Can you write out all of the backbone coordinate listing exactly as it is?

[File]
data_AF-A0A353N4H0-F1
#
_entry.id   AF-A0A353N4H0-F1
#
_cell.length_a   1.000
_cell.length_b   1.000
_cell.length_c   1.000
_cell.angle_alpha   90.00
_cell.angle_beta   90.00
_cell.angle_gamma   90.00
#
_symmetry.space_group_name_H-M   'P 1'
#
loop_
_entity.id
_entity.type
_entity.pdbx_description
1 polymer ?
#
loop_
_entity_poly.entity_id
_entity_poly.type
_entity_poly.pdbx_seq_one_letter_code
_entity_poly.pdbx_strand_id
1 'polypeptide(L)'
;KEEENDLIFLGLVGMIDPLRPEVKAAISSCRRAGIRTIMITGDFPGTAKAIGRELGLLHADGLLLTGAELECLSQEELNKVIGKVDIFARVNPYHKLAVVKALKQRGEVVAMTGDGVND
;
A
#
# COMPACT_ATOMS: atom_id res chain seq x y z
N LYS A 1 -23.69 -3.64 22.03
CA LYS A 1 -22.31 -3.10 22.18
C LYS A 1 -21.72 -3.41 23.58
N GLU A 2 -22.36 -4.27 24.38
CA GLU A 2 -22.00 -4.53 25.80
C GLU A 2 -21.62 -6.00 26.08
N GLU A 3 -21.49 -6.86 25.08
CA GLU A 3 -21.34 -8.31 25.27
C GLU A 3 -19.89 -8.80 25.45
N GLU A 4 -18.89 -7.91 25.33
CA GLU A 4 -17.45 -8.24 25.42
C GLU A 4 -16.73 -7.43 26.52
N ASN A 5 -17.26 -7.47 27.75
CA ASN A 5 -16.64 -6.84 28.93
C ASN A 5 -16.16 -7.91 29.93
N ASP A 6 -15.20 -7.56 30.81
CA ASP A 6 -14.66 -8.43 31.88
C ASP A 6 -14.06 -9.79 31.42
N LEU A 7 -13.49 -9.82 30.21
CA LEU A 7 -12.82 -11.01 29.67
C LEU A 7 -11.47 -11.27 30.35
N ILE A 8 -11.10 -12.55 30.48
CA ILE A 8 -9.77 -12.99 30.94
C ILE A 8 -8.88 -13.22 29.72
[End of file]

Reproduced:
data_AF-A0A353N4H0-F1
#
_entry.id   AF-A0A353N4H0-F1
#
_cell.length_a   1.000
_cell.length_b   1.000
_cell.length_c   1.000
_cell.angle_alpha   90.00
_cell.angle_beta   90.00
_cell.angle_gamma   90.00
#
_symmetry.space_group_name_H-M   'P 1'
#
loop_
_entity.id
_entity.type
_entity.pdbx_description
1 polymer ?
#
loop_
_entity_poly.entity_id
_entity_poly.type
_entity_poly.pdbx_seq_one_letter_code
_entity_poly.pdbx_strand_id
1 'polypeptide(L)'
;KEEENDLIFLGLVGMIDPLRPEVKAAISSCRRAGIRTIMITGDFPGTAKAIGRELGLLHADGLLLTGAELECLSQEELNKVIGKVDIFARVNPYHKLAVVKALKQRGEVVAMTGDGVND
;
A
#
# COMPACT_ATOMS: atom_id res chain seq x y z
N LYS A 1 -23.69 -3.64 22.03
CA LYS A 1 -22.31 -3.10 22.18
C LYS A 1 -21.72 -3.41 23.58
N GLU A 2 -22.36 -4.27 24.38
CA GLU A 2 -22.00 -4.53 25.80
C GLU A 2 -21.62 -6.00 26.08
N GLU A 3 -21.49 -6.86 25.08
CA GLU A 3 -21.34 -8.31 25.27
C GLU A 3 -19.89 -8.80 25.45
N GLU A 4 -18.89 -7.91 25.33
CA GLU A 4 -17.45 -8.24 25.42
C GLU A 4 -16.73 -7.43 26.52
N ASN A 5 -17.26 -7.47 27.75
CA ASN A 5 -16.64 -6.84 28.93
C ASN A 5 -16.16 -7.91 29.93
N ASP A 6 -15.20 -7.56 30.81
CA ASP A 6 -14.66 -8.43 31.88
C ASP A 6 -14.06 -9.79 31.42
N LEU A 7 -13.49 -9.82 30.21
CA LEU A 7 -12.82 -11.01 29.67
C LEU A 7 -11.47 -11.27 30.35
N ILE A 8 -11.10 -12.55 30.48
CA ILE A 8 -9.77 -12.99 30.94
C ILE A 8 -8.88 -13.22 29.72